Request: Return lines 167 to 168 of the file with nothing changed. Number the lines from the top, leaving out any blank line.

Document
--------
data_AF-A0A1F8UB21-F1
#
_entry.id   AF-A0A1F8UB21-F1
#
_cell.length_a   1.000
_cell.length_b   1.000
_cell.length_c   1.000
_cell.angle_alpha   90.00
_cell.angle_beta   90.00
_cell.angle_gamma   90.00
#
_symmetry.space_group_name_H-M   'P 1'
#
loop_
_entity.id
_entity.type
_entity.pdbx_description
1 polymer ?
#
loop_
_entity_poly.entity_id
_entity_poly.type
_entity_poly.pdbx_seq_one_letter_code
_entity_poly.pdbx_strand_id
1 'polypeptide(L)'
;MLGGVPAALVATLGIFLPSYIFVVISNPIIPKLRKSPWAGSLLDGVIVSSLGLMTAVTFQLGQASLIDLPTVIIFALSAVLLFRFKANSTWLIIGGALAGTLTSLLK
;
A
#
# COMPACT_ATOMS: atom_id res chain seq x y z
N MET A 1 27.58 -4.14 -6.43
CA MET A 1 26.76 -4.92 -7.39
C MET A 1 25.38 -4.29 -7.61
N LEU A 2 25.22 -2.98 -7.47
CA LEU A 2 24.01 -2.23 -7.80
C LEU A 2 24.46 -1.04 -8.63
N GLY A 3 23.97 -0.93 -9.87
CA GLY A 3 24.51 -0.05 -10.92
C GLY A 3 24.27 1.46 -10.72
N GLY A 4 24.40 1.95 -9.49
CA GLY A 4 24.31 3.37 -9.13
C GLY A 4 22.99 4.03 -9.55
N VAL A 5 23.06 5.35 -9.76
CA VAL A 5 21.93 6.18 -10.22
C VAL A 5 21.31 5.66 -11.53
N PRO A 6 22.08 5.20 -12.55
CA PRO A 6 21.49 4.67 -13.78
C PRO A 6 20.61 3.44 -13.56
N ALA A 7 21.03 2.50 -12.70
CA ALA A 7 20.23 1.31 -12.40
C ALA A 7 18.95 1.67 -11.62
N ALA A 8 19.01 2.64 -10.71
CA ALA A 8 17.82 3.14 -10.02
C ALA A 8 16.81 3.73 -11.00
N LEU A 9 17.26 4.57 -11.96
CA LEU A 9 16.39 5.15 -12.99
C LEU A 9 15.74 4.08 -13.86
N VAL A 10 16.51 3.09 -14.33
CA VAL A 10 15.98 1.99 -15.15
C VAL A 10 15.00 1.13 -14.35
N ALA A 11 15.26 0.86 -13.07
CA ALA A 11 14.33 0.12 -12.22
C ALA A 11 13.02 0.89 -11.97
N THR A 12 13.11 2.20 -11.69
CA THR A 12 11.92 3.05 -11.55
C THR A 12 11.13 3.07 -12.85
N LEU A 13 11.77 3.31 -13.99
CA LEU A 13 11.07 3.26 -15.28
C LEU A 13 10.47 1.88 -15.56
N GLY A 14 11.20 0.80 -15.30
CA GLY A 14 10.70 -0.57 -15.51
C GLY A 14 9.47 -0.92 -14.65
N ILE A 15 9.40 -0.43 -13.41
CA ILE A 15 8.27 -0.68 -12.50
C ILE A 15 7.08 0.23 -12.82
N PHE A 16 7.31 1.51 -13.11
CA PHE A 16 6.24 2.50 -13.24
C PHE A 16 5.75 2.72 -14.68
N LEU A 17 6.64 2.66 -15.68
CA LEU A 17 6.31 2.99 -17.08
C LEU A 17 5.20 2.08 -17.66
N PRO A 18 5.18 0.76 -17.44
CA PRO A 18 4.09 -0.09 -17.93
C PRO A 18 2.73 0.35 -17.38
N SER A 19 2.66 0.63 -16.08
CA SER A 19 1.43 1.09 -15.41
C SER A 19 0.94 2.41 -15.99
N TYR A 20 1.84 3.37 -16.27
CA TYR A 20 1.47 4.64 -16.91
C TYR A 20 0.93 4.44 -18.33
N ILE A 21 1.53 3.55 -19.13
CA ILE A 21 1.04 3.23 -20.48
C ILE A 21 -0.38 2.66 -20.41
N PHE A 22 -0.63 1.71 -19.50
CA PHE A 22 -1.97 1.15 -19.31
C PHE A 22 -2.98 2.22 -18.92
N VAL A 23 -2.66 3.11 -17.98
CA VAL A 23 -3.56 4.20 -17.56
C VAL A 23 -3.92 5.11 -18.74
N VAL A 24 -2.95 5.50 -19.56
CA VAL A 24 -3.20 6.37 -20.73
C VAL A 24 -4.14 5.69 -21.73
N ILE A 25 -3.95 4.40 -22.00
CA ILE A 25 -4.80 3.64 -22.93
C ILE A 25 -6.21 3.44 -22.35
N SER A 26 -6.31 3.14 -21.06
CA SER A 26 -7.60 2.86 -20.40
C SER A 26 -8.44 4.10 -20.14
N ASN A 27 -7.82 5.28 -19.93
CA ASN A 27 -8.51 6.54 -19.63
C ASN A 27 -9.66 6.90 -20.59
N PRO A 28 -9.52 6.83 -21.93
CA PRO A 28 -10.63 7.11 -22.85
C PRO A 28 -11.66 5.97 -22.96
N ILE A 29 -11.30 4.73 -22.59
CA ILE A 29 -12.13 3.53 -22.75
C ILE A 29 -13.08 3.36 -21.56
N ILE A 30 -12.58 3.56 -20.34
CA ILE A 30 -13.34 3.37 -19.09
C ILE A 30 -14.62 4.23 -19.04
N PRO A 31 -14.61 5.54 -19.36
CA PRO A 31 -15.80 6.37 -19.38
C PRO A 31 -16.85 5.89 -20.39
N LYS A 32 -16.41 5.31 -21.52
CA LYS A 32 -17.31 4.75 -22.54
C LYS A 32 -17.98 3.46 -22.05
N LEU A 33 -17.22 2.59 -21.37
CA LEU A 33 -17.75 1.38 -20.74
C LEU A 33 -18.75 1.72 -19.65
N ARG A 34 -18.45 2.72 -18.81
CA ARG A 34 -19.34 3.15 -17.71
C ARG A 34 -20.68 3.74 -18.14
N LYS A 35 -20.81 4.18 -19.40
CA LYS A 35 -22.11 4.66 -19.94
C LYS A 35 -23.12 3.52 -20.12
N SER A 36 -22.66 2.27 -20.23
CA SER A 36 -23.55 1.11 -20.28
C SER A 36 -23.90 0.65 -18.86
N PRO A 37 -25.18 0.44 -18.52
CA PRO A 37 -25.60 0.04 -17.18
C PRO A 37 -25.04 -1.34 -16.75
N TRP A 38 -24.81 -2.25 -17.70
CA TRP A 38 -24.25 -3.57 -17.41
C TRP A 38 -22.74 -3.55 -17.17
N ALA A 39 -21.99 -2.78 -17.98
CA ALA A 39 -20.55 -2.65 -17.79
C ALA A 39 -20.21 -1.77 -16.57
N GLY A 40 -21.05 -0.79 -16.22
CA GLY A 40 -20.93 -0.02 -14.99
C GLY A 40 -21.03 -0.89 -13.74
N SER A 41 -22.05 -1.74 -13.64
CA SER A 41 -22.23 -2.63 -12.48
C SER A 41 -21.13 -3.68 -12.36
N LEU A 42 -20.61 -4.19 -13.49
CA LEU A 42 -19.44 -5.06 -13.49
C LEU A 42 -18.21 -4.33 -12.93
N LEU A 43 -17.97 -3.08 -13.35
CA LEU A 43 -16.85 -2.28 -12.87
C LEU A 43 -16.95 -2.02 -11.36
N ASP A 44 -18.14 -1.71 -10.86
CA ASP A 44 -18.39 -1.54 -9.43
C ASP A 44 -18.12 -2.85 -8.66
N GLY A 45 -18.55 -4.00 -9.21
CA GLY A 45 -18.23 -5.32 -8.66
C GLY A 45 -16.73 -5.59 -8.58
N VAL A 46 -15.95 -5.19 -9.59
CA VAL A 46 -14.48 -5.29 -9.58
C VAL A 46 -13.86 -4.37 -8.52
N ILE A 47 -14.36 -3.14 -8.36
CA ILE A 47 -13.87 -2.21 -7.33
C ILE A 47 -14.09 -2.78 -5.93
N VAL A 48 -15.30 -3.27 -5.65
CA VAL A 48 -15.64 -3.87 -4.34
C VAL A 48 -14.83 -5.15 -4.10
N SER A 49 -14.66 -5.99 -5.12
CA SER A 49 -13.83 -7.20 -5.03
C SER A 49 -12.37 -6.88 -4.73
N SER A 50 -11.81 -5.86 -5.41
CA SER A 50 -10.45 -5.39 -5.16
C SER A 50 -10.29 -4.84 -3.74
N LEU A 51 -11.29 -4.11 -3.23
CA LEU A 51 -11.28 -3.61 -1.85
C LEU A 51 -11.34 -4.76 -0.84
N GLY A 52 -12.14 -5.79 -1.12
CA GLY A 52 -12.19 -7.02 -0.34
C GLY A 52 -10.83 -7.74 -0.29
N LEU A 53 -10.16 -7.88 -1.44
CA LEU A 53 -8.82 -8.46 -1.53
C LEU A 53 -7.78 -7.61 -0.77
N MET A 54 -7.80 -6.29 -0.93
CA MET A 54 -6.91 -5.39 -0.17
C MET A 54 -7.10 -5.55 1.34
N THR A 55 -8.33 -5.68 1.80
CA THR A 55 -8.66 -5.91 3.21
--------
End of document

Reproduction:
CA VAL A 46 -14.48 -5.29 -9.58
C VAL A 46 -13.86 -4.37 -8.52